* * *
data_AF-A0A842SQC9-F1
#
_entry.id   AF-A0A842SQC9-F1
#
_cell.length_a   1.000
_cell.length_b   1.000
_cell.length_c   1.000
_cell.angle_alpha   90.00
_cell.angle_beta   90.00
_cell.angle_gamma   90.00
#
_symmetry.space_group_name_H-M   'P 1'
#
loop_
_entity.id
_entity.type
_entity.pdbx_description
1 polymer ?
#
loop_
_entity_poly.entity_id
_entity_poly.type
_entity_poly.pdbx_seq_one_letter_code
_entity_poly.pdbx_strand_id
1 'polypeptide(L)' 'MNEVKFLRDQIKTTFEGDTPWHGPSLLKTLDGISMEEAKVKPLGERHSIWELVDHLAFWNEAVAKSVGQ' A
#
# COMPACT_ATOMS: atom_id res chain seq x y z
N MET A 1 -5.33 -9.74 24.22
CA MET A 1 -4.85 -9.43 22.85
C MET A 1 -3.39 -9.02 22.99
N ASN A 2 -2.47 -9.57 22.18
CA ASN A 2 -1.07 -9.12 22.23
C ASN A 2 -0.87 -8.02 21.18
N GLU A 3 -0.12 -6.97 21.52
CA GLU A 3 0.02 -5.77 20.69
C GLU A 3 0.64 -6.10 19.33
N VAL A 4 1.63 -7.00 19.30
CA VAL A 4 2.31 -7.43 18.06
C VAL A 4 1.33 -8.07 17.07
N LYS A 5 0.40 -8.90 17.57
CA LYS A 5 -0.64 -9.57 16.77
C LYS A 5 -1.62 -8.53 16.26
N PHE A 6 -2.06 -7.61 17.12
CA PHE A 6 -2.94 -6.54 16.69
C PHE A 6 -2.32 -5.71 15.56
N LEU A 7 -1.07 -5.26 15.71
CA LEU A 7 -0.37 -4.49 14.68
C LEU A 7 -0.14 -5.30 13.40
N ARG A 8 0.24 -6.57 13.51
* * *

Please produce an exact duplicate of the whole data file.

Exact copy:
data_AF-A0A842SQC9-F1
#
_entry.id   AF-A0A842SQC9-F1
#
_cell.length_a   1.000
_cell.length_b   1.000
_cell.length_c   1.000
_cell.angle_alpha   90.00
_cell.angle_beta   90.00
_cell.angle_gamma   90.00
#
_symmetry.space_group_name_H-M   'P 1'
#
loop_
_entity.id
_entity.type
_entity.pdbx_description
1 polymer ?
#
loop_
_entity_poly.entity_id
_entity_poly.type
_entity_poly.pdbx_seq_one_letter_code
_entity_poly.pdbx_strand_id
1 'polypeptide(L)' 'MNEVKFLRDQIKTTFEGDTPWHGPSLLKTLDGISMEEAKVKPLGERHSIWELVDHLAFWNEAVAKSVGQ' A
#
# COMPACT_ATOMS: atom_id res chain seq x y z
N MET A 1 -5.33 -9.74 24.22
CA MET A 1 -4.85 -9.43 22.85
C MET A 1 -3.39 -9.02 22.99
N ASN A 2 -2.47 -9.57 22.18
CA ASN A 2 -1.07 -9.12 22.23
C ASN A 2 -0.87 -8.02 21.18
N GLU A 3 -0.12 -6.97 21.52
CA GLU A 3 0.02 -5.77 20.69
C GLU A 3 0.64 -6.10 19.33
N VAL A 4 1.63 -7.00 19.30
CA VAL A 4 2.31 -7.43 18.06
C VAL A 4 1.33 -8.07 17.07
N LYS A 5 0.40 -8.90 17.57
CA LYS A 5 -0.64 -9.57 16.77
C LYS A 5 -1.62 -8.53 16.26
N PHE A 6 -2.06 -7.61 17.12
CA PHE A 6 -2.94 -6.54 16.69
C PHE A 6 -2.32 -5.71 15.56
N LEU A 7 -1.07 -5.26 15.71
CA LEU A 7 -0.37 -4.49 14.68
C LEU A 7 -0.14 -5.30 13.40
N ARG A 8 0.24 -6.57 13.51